Discuss: We don’t need to reduce motorcycle casualties

Yes, MAG President Ian Mutch really said that. Hear him out.

VISORDOWN'S discussions aim to challenge assumptions about motorcycling. This week, Ian Mutch, President of the Motorcycle Action Group, opens with a statement that would make the safety lobby spit their cornflakes all over the table. It sounds controversial. That’s the point.

Mutch says:

‘We don’t need to reduce motorcycle casualties. It’s the kind of statement I?used to mischievously frame when chairman of the school debating society. Like many extreme viewpoints and over-statements, it has a measure of truth in it.

‘Sometimes to get a good perspective on a situation you need to take a big step backward to see the truth of it; kind of like a Rolf Harris painting, at the risk of conjuring a contentious analogy – as if I?would.

‘Because we have by degrees been turned into a risk-averse society, what might have seemed just the natural state of things a few decades ago now seems to many like the greatest challenge to Western civilisation since the Mongol hordes headed for Europe.

‘Motorcyclists get killed more often per mile travelled than car drivers - utterly amazing!?Who’d have thought that? I?mean, we have so many wheels and so much protection around us, right? The trouble is the safety nannies really seem to think they can aim to bring down motorcycle deaths to the same rate as motorists'. Okay, it is possible. How, you may ask. Stick another pair of wheels on them and wrap a steel shell around the outside – simples.

‘No let’s face it, motorcycles are dangerous. Yes, yes, yes, I?really did say that. We all know that it is always the other guy or the road or the weather or whatever factor we want to blame for our misfortunes. But when all is said and done, if you have an accident on a motorcycle the odds are far higher that you will end up injured or dead than if you collide with something in a car.

‘The real safety zealots with their "Vision Zero" agenda are living in cloud cuckoo land because in the real world things are different from other things. Some kids are not just intellectually different; they’re thick. Some people do not just have perfectly acceptable weight-height ratios that vary from the norm; they are fat bastards. Mountaineering is more dangerous than flower arranging and Everest is littered with the evidence of that.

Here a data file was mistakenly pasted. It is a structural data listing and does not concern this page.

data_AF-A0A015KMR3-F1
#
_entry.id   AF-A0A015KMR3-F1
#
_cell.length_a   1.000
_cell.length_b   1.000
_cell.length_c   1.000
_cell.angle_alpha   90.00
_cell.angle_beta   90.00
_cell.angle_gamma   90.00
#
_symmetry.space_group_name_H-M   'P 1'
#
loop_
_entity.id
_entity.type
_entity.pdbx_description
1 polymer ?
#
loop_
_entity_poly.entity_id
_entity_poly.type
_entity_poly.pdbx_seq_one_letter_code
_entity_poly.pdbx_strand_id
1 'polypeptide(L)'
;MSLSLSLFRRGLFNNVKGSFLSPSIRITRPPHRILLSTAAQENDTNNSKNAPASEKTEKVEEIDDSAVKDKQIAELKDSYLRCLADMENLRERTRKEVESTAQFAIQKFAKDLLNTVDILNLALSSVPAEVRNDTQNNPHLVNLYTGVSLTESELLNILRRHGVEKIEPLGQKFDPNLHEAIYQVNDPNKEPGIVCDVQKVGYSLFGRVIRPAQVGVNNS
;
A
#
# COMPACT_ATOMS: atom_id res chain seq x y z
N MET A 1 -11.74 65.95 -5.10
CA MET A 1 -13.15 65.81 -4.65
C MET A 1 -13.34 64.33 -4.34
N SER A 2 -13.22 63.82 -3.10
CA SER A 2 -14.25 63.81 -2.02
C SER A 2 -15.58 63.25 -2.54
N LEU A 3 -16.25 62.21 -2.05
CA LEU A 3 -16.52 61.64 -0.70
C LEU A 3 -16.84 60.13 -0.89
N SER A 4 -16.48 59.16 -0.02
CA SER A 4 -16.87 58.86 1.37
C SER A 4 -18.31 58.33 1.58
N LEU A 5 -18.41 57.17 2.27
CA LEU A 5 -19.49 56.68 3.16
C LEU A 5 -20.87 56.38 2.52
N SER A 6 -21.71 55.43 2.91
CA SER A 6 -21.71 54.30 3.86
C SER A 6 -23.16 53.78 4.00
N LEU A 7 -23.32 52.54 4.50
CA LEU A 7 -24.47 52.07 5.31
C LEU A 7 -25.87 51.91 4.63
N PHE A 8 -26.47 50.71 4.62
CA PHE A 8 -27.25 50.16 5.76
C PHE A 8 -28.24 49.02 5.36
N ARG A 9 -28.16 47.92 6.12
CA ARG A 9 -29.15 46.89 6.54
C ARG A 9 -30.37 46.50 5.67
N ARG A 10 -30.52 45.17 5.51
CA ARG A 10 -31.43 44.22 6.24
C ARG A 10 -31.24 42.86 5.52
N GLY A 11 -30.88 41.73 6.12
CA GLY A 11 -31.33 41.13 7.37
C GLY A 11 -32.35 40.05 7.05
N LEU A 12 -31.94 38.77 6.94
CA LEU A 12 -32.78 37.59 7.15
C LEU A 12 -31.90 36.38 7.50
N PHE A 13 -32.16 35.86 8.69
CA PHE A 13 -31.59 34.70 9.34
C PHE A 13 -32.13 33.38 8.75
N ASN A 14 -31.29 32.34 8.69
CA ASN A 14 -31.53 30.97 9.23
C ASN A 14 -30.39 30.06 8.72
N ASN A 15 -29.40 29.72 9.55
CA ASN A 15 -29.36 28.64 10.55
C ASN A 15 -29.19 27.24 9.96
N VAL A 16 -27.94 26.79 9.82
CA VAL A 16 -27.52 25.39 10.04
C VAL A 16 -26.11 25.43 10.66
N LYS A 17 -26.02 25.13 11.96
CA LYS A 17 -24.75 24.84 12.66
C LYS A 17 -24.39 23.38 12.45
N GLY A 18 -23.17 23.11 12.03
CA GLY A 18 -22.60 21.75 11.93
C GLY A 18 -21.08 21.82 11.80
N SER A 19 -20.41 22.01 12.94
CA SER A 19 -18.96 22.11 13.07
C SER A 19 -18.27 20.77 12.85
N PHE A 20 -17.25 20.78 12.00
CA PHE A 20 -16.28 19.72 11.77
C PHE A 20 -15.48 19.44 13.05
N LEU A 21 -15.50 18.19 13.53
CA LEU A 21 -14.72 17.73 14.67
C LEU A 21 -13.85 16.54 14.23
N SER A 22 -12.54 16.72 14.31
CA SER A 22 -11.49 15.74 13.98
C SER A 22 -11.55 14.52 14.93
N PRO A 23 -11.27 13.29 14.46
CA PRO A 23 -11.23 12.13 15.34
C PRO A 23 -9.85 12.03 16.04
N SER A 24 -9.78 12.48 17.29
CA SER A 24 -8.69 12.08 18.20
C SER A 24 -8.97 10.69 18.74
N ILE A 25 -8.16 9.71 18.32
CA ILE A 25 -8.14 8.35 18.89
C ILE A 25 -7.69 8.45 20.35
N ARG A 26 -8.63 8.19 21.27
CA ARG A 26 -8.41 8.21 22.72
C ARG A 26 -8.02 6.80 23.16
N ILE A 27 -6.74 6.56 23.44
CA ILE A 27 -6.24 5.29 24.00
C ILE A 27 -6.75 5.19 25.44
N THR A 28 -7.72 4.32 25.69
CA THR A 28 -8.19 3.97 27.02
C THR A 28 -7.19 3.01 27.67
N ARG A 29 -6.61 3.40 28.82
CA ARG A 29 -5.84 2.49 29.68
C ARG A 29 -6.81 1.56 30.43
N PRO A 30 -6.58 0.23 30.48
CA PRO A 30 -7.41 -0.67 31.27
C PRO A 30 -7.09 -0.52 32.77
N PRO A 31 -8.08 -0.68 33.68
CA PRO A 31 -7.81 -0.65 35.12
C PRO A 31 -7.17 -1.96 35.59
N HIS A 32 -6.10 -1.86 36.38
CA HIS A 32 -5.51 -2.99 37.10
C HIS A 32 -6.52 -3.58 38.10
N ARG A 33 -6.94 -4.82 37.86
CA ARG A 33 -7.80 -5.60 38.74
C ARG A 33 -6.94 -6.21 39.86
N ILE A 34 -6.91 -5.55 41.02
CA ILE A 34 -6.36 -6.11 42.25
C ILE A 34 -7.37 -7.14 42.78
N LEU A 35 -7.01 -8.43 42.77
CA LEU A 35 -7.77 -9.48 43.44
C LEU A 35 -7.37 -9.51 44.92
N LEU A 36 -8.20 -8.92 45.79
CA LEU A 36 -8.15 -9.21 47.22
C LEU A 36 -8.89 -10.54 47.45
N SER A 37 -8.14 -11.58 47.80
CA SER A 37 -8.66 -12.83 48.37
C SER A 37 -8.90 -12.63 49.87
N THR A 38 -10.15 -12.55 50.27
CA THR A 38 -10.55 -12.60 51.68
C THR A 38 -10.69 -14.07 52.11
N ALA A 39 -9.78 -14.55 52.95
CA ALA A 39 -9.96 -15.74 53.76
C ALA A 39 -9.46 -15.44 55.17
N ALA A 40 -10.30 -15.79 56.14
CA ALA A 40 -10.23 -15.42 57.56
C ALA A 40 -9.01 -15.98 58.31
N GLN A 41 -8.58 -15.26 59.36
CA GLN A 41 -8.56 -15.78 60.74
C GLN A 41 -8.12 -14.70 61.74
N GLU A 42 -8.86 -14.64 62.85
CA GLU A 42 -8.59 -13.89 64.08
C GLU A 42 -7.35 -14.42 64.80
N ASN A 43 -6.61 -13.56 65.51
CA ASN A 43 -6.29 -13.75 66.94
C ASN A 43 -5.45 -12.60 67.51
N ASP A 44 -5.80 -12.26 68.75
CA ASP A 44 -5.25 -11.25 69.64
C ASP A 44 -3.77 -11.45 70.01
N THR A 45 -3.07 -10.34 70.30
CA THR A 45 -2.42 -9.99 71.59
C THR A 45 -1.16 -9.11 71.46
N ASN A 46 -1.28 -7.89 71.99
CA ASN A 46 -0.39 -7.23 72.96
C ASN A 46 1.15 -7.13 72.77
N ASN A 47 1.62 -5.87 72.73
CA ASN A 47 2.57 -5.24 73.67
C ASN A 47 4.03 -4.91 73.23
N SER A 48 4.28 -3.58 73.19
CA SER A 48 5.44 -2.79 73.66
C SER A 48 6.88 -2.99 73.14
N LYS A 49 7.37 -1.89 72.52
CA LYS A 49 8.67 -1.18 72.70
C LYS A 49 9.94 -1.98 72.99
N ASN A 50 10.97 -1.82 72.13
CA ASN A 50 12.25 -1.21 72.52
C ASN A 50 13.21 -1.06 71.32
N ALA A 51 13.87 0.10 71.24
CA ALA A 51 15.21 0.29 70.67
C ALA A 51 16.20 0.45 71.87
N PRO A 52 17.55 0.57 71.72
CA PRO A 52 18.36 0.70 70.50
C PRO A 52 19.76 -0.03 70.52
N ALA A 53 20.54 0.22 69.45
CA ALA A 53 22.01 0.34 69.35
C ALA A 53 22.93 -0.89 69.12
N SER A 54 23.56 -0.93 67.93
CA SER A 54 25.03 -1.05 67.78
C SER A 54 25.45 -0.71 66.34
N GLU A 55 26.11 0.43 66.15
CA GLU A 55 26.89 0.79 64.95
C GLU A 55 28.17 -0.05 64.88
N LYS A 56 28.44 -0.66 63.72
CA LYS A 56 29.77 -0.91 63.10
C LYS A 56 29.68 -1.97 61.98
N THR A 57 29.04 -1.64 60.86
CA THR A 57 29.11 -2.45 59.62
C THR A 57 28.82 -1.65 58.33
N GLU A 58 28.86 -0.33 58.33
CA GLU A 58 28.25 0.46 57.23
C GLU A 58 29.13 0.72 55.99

‘Our world is overpopulated with safety loons who pretend to be baffled by the fact that bikers suffer higher fatality rates than motorists, as if this is some kind of disease that can be addressed with a cure in a bottle.

‘So where am I?heading from that provocative opening line? Of course it would be a fine thing if we could get motorcycle accident deaths down. And yes, I?used the word "accident", not "incident". An accident is something that isn’t planned. The zealots in their shock-horror world of "someone is to blame and there should be a law" can’t accept the idea that there is such a thing as an accident, so they have to start dicking about with the language to make their point.

‘I?say again, it would be good if fewer riders died on our roads. But what we really need to do is not commit our energies to cutting fatality rates but to changing the mind-set of those who frame laws to recognise that there are different levels of risk in life, and this is part of what life is about. Respecting the right of the individual to make those life choices is as critical to the quality of life as clean water. Abandon that reality and you must abandon the defence of motorcycling.

‘Speaking as MAG’s President, I?am proud that we helped launch Bikesafe and the Get a Grip Campaign (for good, consistent road surfaces). I am proud of all our sensible pro-safety efforts that divert politicians into useful channels rather than those that end in draconian legislation. They are not however essentially what MAG?is about, any more than safety is what motorcycling is about. Motorcycling is about exhilaration and freedom and MAG?is about defending the appetite for those things despite the fact that - here we go again - it’s far more dangerous than the alternatives.

‘What was the station sergeant’s line in Hill St Blues? "Take Care out there, it’s dangerous." That’s life.’

IAN Mutch is President of the Motorcycle Action Group and author of five books on motorcycle travel and culture. A former ship's navigating officer, he describes himself as "jolly clever".

That's Mutch's view. What’s yours?